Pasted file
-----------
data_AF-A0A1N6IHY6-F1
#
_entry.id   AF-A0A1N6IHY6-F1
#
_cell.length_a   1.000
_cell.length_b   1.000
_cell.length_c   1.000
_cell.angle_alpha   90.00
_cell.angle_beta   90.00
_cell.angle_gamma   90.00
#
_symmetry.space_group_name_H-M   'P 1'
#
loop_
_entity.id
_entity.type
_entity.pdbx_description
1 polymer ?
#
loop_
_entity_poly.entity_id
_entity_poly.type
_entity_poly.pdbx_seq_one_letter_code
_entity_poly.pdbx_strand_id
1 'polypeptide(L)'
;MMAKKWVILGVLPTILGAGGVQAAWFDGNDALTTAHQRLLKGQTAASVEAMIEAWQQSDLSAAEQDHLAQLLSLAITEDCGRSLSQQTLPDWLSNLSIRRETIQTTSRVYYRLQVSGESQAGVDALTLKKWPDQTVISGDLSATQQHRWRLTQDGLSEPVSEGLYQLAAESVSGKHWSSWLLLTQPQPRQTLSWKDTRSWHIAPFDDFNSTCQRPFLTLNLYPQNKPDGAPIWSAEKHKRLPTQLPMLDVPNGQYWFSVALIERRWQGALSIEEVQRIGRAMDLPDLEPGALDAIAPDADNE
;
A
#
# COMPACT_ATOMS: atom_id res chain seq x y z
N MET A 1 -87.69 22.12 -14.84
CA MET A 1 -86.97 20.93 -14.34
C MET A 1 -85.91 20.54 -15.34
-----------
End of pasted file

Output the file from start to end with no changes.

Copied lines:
data_AF-A0A1N6IHY6-F1
#
_entry.id   AF-A0A1N6IHY6-F1
#
_cell.length_a   1.000
_cell.length_b   1.000
_cell.length_c   1.000
_cell.angle_alpha   90.00
_cell.angle_beta   90.00
_cell.angle_gamma   90.00
#
_symmetry.space_group_name_H-M   'P 1'
#
loop_
_entity.id
_entity.type
_entity.pdbx_description
1 polymer ?
#
loop_
_entity_poly.entity_id
_entity_poly.type
_entity_poly.pdbx_seq_one_letter_code
_entity_poly.pdbx_strand_id
1 'polypeptide(L)'
;MMAKKWVILGVLPTILGAGGVQAAWFDGNDALTTAHQRLLKGQTAASVEAMIEAWQQSDLSAAEQDHLAQLLSLAITEDCGRSLSQQTLPDWLSNLSIRRETIQTTSRVYYRLQVSGESQAGVDALTLKKWPDQTVISGDLSATQQHRWRLTQDGLSEPVSEGLYQLAAESVSGKHWSSWLLLTQPQPRQTLSWKDTRSWHIAPFDDFNSTCQRPFLTLNLYPQNKPDGAPIWSAEKHKRLPTQLPMLDVPNGQYWFSVALIERRWQGALSIEEVQRIGRAMDLPDLEPGALDAIAPDADNE
;
A
#
# COMPACT_ATOMS: atom_id res chain seq x y z
N MET A 1 -87.69 22.12 -14.84
CA MET A 1 -86.97 20.93 -14.34
C MET A 1 -85.91 20.54 -15.34